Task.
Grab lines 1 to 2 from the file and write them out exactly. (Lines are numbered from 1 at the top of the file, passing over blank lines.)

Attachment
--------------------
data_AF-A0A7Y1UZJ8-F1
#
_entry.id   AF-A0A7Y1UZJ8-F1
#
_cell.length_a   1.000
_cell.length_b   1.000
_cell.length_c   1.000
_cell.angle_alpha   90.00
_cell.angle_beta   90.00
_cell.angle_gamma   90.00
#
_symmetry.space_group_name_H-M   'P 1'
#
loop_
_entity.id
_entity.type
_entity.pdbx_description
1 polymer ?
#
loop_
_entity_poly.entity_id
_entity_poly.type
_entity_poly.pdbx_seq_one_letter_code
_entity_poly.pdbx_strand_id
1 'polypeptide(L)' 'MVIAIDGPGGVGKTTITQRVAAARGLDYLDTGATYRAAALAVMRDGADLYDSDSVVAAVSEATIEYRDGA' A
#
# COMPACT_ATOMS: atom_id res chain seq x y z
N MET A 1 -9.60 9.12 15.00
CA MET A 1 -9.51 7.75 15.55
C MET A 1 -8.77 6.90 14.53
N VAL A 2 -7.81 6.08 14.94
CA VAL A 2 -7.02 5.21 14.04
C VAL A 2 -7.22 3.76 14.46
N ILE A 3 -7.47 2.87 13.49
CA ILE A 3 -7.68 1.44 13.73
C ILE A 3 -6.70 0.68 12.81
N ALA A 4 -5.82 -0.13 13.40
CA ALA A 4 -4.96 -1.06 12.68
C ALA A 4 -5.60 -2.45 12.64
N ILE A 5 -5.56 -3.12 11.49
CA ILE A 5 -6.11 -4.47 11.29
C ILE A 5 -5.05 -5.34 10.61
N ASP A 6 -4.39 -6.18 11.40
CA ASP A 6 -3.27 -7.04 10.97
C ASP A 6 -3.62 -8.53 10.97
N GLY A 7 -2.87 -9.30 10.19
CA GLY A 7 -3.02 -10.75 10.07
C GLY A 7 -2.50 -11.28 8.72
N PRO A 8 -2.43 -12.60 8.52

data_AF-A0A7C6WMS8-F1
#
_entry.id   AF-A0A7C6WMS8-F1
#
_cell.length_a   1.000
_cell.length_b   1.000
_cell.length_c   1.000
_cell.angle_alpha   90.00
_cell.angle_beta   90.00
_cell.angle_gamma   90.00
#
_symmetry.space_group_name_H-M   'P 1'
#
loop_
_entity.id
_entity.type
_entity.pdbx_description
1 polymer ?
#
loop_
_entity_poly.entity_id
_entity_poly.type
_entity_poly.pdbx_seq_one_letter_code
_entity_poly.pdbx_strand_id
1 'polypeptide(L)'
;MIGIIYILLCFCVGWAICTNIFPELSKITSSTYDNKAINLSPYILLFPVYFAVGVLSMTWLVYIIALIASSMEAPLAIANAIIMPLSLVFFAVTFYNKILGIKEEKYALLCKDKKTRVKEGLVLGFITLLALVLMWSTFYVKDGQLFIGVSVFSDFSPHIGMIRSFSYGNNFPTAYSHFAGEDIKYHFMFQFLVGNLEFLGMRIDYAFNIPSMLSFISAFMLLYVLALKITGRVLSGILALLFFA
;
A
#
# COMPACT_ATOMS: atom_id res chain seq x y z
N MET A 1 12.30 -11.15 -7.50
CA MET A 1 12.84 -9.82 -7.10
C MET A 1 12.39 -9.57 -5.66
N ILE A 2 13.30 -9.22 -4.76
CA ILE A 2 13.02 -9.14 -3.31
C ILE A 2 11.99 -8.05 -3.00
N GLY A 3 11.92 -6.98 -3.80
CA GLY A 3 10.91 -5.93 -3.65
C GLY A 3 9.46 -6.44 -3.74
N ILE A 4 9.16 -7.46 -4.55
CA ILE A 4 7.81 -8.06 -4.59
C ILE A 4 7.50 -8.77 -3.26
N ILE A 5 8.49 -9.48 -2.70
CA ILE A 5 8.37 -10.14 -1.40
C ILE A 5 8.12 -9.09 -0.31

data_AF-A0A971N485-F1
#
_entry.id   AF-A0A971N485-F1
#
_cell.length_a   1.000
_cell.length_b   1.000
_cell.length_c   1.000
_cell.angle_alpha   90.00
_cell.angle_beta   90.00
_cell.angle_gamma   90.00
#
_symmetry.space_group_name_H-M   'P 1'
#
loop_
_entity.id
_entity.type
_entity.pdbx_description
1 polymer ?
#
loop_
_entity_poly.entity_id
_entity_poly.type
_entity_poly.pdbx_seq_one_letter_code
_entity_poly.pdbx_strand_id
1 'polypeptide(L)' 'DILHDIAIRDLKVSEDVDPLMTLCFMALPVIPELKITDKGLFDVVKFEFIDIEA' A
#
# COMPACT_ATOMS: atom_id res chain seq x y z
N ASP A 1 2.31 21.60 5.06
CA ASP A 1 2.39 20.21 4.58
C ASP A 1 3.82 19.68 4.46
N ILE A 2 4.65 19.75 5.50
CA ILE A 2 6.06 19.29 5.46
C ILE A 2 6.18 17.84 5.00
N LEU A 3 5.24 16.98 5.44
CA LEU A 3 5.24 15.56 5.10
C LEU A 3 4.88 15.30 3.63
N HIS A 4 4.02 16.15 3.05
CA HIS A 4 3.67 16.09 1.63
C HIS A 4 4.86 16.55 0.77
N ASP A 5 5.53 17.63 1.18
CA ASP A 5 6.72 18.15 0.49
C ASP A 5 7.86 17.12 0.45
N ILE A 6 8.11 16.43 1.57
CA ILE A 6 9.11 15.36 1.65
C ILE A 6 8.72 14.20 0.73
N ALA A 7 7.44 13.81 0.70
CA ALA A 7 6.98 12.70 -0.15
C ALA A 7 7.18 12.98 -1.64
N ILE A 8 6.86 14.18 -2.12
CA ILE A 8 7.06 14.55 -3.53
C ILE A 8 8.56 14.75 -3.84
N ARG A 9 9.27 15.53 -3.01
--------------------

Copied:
data_AF-A0A7Y1UZJ8-F1
#